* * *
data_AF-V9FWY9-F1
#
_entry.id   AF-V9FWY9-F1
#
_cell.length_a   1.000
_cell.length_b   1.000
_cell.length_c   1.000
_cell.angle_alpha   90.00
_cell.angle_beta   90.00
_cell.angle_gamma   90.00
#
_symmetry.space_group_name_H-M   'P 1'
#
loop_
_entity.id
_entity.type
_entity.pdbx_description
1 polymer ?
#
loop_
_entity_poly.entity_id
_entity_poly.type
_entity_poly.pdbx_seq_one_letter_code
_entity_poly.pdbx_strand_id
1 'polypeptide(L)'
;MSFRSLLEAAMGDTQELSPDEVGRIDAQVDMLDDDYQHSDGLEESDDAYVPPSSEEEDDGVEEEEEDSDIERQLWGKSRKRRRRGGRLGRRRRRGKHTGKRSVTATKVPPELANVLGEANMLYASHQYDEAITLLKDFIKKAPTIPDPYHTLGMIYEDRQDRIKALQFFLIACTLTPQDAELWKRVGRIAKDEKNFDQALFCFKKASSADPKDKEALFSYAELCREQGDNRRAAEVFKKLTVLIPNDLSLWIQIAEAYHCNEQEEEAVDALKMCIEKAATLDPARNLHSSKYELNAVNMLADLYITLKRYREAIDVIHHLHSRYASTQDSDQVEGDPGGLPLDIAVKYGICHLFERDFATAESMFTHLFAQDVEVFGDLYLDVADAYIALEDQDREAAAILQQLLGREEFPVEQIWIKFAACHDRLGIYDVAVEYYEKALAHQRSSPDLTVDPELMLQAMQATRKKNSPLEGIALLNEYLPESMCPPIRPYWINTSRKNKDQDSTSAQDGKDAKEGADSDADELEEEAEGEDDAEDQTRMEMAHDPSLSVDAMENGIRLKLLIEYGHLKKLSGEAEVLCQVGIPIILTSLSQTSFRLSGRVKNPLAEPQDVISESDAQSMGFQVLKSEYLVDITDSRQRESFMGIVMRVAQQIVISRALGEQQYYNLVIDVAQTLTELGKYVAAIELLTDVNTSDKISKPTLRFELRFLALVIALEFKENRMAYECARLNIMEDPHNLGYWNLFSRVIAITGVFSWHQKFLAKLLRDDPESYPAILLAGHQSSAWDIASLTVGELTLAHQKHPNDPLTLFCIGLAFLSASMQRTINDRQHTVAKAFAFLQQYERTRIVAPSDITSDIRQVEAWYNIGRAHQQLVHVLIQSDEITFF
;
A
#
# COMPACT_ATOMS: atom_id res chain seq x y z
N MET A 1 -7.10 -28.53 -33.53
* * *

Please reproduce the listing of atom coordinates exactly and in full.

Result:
data_AF-V9FWY9-F1
#
_entry.id   AF-V9FWY9-F1
#
_cell.length_a   1.000
_cell.length_b   1.000
_cell.length_c   1.000
_cell.angle_alpha   90.00
_cell.angle_beta   90.00
_cell.angle_gamma   90.00
#
_symmetry.space_group_name_H-M   'P 1'
#
loop_
_entity.id
_entity.type
_entity.pdbx_description
1 polymer ?
#
loop_
_entity_poly.entity_id
_entity_poly.type
_entity_poly.pdbx_seq_one_letter_code
_entity_poly.pdbx_strand_id
1 'polypeptide(L)'
;MSFRSLLEAAMGDTQELSPDEVGRIDAQVDMLDDDYQHSDGLEESDDAYVPPSSEEEDDGVEEEEEDSDIERQLWGKSRKRRRRGGRLGRRRRRGKHTGKRSVTATKVPPELANVLGEANMLYASHQYDEAITLLKDFIKKAPTIPDPYHTLGMIYEDRQDRIKALQFFLIACTLTPQDAELWKRVGRIAKDEKNFDQALFCFKKASSADPKDKEALFSYAELCREQGDNRRAAEVFKKLTVLIPNDLSLWIQIAEAYHCNEQEEEAVDALKMCIEKAATLDPARNLHSSKYELNAVNMLADLYITLKRYREAIDVIHHLHSRYASTQDSDQVEGDPGGLPLDIAVKYGICHLFERDFATAESMFTHLFAQDVEVFGDLYLDVADAYIALEDQDREAAAILQQLLGREEFPVEQIWIKFAACHDRLGIYDVAVEYYEKALAHQRSSPDLTVDPELMLQAMQATRKKNSPLEGIALLNEYLPESMCPPIRPYWINTSRKNKDQDSTSAQDGKDAKEGADSDADELEEEAEGEDDAEDQTRMEMAHDPSLSVDAMENGIRLKLLIEYGHLKKLSGEAEVLCQVGIPIILTSLSQTSFRLSGRVKNPLAEPQDVISESDAQSMGFQVLKSEYLVDITDSRQRESFMGIVMRVAQQIVISRALGEQQYYNLVIDVAQTLTELGKYVAAIELLTDVNTSDKISKPTLRFELRFLALVIALEFKENRMAYECARLNIMEDPHNLGYWNLFSRVIAITGVFSWHQKFLAKLLRDDPESYPAILLAGHQSSAWDIASLTVGELTLAHQKHPNDPLTLFCIGLAFLSASMQRTINDRQHTVAKAFAFLQQYERTRIVAPSDITSDIRQVEAWYNIGRAHQQLVHVLIQSDEITFF
;
A
#
# COMPACT_ATOMS: atom_id res chain seq x y z
N MET A 1 -7.10 -28.53 -33.53